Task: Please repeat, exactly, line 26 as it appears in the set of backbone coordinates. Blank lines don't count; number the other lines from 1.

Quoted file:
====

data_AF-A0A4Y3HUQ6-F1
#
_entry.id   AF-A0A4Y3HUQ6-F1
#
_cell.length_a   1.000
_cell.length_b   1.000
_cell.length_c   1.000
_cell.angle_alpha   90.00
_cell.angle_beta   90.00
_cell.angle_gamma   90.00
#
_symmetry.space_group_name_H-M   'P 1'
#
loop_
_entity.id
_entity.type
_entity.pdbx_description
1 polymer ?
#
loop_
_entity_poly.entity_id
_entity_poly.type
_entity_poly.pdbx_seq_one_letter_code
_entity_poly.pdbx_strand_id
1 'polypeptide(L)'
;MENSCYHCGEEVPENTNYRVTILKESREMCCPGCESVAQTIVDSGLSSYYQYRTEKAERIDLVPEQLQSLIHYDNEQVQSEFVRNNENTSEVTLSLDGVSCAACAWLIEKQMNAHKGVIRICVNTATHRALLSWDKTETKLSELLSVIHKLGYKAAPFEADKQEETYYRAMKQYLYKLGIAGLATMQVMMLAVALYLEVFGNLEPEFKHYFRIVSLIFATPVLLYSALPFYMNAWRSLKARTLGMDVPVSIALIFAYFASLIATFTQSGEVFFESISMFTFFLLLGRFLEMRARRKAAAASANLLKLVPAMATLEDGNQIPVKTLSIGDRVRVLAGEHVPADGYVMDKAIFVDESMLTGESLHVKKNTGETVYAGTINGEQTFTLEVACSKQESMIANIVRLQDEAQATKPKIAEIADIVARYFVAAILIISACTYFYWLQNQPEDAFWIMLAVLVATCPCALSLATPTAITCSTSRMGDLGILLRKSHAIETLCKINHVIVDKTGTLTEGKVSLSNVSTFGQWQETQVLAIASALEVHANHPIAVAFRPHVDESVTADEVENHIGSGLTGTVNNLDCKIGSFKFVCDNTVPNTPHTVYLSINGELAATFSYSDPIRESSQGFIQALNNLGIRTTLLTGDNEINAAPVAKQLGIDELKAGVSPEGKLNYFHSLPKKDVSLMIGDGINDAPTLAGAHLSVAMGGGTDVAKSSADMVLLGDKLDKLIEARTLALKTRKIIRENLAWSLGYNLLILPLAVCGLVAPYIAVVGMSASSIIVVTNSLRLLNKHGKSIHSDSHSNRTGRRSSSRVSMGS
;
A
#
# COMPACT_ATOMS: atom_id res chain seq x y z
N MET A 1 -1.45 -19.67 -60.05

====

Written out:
;MENSCYHCGEEVPENTNYRVTILKESREMCCPGCESVAQTIVDSGLSSYYQYRTEKAERIDLVPEQLQSLIHYDNEQVQSEFVRNNENTSEVTLSLDGVSCAACAWLIEKQMNAHKGVIRICVNTATHRALLSWDKTETKLSELLSVIHKLGYKAAPFEADKQEETYYRAMKQYLYKLGIAGLATMQVMMLAVALYLEVFGNLEPEFKHYFRIVSLIFATPVLLYSALPFYMNAWRSLKARTLGMDVPVSIALIFAYFASLIATFTQSGEVFFESISMFTFFLLLGRFLEMRARRKAAAASANLLKLVPAMATLEDGNQIPVKTLSIGDRVRVLAGEHVPADGYVMDKAIFVDESMLTGESLHVKKNTGETVYAGTINGEQTFTLEVACSKQESMIANIVRLQDEAQATKPKIAEIADIVARYFVAAILIISACTYFYWLQNQPEDAFWIMLAVLVATCPCALSLATPTAITCSTSRMGDLGILLRKSHAIETLCKINHVIVDKTGTLTEGKVSLSNVSTFGQWQETQVLAIASALEVHANHPIAVAFRPHVDESVTADEVENHIGSGLTGTVNNLDCKIGSFKFVCDNTVPNTPHTVYLSINGELAATFSYSDPIRESSQGFIQALNNLGIRTTLLTGDNEINAAPVAKQLGIDELKAGVSPEGKLNYFHSLPKKDVSLMIGDGINDAPTLAGAHLSVAMGGGTDVAKSSADMVLLGDKLDKLIEARTLALKTRKIIRENLAWSLGYNLLILPLAVCGLVAPYIAVVGMSASSIIVVTNSLRLLNKHGKSIHSDSHSNRTGRRSSSRVSMGS